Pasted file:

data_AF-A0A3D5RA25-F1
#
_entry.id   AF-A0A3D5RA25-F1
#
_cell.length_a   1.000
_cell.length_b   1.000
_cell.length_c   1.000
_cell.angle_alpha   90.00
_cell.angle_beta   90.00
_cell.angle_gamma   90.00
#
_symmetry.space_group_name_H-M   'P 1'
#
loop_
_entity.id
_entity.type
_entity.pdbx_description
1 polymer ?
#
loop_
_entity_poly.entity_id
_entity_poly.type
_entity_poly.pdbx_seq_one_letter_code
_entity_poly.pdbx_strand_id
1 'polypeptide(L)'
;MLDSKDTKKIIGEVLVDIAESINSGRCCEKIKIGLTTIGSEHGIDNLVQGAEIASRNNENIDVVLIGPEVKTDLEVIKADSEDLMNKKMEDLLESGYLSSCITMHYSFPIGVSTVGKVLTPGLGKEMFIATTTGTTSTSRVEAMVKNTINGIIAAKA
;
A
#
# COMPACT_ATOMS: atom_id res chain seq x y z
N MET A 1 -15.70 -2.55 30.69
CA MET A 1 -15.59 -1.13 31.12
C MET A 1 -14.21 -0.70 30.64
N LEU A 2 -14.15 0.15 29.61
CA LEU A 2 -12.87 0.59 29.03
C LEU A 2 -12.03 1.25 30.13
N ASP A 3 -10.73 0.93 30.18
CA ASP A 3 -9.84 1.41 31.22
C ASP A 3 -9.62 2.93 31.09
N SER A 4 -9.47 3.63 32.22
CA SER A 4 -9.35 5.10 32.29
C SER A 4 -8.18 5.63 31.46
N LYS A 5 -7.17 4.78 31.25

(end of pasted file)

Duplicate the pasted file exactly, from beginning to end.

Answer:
data_AF-A0A3D5RA25-F1
#
_entry.id   AF-A0A3D5RA25-F1
#
_cell.length_a   1.000
_cell.length_b   1.000
_cell.length_c   1.000
_cell.angle_alpha   90.00
_cell.angle_beta   90.00
_cell.angle_gamma   90.00
#
_symmetry.space_group_name_H-M   'P 1'
#
loop_
_entity.id
_entity.type
_entity.pdbx_description
1 polymer ?
#
loop_
_entity_poly.entity_id
_entity_poly.type
_entity_poly.pdbx_seq_one_letter_code
_entity_poly.pdbx_strand_id
1 'polypeptide(L)'
;MLDSKDTKKIIGEVLVDIAESINSGRCCEKIKIGLTTIGSEHGIDNLVQGAEIASRNNENIDVVLIGPEVKTDLEVIKADSEDLMNKKMEDLLESGYLSSCITMHYSFPIGVSTVGKVLTPGLGKEMFIATTTGTTSTSRVEAMVKNTINGIIAAKA
;
A
#
# COMPACT_ATOMS: atom_id res chain seq x y z
N MET A 1 -15.70 -2.55 30.69
CA MET A 1 -15.59 -1.13 31.12
C MET A 1 -14.21 -0.70 30.64
N LEU A 2 -14.15 0.15 29.61
CA LEU A 2 -12.87 0.59 29.03
C LEU A 2 -12.03 1.25 30.13
N ASP A 3 -10.73 0.93 30.18
CA ASP A 3 -9.84 1.41 31.22
C ASP A 3 -9.62 2.93 31.09
N SER A 4 -9.47 3.63 32.22
CA SER A 4 -9.35 5.10 32.29
C SER A 4 -8.18 5.63 31.46
N LYS A 5 -7.17 4.78 31.25